News Release

Interviews on Iraq: Another UN Resolution?


Ritter, who was a chief UN weapons inspector in Iraq, is available for a very limited number of interviews. He said today: “It is clear that the U.S. government doesn’t want a peaceful resolution to this. It is bent on war. The move for a new Security Council resolution is a deliberate provocation to scuttle inspectors. The Iraqis acceded to the international community’s demands on the weapons inspectors. They should be held accountable; they will be held accountable. The inspectors should do their job, Iraq should comply and the UN should ensure that the inspectors are not misused as they have been in the past. Why is the U.S. government rushing for another resolution now? Because it is not interested in compliance and disarmament — it wants war.” Ritter is the author of “Endgame: Solving the Iraqi Problem Once and For All.”
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Bennis, a fellow at the Institute for Policy Studies, is author of the forthcoming book “Before & After: U.S. Foreign Policy and the September 11 Crisis.”
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Quigley is professor of international law at Ohio State University.

Executive director of Global Policy Forum and author of several recent papers on Iraq, Paul said today: “The U.S. wants a new UN Security Council resolution to pave the way for an invasion of Iraq and to ensure that the UN inspection process does not move forward. Secretary-General Kofi Annan negotiated Iraq’s agreement on inspectors based on existing Council resolutions. A new resolution may upset that agreement, which is what Washington apparently wants. But the UN is moving ahead rapidly with inspections. UNMOVIC head Hans Blix is saying that his core team could be in Iraq by Oct. 15 and they can provide a preliminary report in 60 days. That would not be the definitive report, but a preliminary assessment of the situation. That could lead to a relatively speedy judgment on Iraq’s weapons — Washington’s nightmare. Unfortunately, the U.S. will probably be able to get a Council resolution, in spite of broad opposition. If you read the chapter in James Baker’s autobiography on the 1990 Gulf crisis you will see the precedent. He talks about how, as Secretary of State, he cut deals, bribed, cajoled and threatened countries into going along with what the U.S. government wanted. It had nothing to do with international law or enforcing Security Council resolutions. We see the same horse-trading going on now. There’s a fair amount of evidence that the U.S. government is divvying up Iraq’s oil between the powers on the Security Council, particularly France, Russia and China, to get them to acquiesce to a U.S. war. Of course, the lion’s share will still go to U.S. and British firms. These deals, which are similar to other deals among the major powers going back to World War I, divide the spoils of war based on raw political power. In the past, such deals remained secret for many years, but now those in power seem to have no shame, and references are emerging in the press even before the final deals are struck.”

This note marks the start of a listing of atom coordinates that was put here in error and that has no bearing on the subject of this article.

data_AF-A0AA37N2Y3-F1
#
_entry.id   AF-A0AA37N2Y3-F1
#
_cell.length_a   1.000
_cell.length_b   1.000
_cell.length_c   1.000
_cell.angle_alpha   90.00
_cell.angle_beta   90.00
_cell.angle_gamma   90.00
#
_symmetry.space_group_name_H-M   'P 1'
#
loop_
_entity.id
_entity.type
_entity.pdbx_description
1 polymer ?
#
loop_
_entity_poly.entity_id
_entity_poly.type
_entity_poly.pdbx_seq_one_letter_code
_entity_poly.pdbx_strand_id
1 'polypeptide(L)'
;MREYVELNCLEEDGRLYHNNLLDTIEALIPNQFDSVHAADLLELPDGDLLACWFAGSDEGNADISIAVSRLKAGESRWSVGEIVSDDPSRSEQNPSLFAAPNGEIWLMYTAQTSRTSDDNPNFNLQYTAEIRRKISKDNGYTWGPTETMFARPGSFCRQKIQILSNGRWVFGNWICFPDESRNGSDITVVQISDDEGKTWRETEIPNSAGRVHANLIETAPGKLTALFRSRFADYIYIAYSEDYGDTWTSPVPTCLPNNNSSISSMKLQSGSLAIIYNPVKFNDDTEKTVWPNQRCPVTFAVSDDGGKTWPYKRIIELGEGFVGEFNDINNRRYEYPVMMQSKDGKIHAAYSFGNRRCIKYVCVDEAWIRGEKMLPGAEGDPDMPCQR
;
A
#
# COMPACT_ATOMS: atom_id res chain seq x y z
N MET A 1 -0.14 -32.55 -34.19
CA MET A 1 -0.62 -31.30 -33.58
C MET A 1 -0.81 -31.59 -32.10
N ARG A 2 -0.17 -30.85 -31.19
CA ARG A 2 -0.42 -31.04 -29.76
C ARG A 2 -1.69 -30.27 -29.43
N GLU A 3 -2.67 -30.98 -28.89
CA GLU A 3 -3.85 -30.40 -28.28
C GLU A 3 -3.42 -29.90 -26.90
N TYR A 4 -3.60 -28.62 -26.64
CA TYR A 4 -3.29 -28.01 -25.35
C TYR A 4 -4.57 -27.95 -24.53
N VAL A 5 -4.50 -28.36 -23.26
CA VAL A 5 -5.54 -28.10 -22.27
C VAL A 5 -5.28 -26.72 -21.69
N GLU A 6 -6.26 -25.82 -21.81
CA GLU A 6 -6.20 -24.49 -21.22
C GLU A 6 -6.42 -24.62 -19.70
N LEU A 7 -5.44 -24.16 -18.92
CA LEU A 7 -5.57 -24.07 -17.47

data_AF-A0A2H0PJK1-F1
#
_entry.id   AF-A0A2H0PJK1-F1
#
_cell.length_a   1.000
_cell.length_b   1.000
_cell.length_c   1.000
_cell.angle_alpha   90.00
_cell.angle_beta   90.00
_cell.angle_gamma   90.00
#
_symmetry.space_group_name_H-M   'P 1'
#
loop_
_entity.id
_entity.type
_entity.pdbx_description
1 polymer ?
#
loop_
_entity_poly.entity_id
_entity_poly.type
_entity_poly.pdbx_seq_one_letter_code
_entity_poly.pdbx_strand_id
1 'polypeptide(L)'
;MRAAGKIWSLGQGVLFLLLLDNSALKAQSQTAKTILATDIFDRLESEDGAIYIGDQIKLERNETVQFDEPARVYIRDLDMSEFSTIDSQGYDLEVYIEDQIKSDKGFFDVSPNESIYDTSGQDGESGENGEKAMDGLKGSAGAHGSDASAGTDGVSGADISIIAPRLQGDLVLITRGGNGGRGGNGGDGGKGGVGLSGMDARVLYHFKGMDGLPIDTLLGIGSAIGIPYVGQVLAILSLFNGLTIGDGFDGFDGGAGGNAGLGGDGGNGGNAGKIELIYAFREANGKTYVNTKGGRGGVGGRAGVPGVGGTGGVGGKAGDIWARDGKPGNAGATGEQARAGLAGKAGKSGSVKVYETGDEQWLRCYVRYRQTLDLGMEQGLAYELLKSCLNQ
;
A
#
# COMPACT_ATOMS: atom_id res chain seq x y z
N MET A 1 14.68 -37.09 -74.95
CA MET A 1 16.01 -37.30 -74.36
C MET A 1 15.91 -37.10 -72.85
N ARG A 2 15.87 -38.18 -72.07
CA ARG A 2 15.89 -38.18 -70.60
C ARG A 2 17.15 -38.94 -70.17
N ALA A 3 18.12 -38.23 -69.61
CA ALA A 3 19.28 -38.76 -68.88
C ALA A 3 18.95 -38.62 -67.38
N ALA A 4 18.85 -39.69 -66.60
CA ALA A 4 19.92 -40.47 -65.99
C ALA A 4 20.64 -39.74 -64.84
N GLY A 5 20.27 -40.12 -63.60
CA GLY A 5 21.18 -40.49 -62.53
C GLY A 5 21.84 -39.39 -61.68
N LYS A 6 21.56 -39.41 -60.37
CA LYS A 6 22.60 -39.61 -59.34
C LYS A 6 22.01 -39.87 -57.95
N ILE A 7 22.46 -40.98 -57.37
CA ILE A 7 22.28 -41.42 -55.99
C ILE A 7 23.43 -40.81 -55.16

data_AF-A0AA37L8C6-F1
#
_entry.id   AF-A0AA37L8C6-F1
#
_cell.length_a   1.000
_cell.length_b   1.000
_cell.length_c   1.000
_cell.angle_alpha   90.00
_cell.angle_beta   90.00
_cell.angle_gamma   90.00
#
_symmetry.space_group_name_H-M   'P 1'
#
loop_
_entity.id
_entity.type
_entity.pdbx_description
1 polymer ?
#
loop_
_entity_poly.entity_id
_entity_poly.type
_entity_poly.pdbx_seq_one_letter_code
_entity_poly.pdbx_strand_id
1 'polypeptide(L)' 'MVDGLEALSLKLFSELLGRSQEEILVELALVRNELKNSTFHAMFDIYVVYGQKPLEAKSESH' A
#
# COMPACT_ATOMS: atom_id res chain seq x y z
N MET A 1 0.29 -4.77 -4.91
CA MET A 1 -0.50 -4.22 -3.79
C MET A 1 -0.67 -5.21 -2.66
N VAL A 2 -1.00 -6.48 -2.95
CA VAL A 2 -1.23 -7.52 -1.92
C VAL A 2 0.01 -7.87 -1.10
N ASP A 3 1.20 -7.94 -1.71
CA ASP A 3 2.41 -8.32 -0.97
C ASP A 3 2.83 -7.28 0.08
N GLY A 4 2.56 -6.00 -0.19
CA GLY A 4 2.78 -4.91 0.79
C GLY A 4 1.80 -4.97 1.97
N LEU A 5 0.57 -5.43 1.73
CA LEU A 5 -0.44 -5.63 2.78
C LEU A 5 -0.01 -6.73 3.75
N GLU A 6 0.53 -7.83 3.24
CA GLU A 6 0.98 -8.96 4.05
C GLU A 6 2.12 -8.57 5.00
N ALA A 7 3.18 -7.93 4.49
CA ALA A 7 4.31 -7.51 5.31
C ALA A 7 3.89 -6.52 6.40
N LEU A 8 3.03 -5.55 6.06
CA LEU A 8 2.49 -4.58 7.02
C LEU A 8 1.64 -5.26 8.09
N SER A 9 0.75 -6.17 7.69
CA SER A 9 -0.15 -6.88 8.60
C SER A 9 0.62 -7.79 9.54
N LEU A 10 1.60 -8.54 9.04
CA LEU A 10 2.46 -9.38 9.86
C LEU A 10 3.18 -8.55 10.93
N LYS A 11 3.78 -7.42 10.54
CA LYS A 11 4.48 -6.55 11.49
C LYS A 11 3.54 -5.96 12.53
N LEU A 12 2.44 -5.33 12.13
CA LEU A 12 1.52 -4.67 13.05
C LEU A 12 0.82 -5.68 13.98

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For more information, contact at the Institute for Public Accuracy: Sam Husseini, (202) 347-0020; David Zupan, (541) 484-9167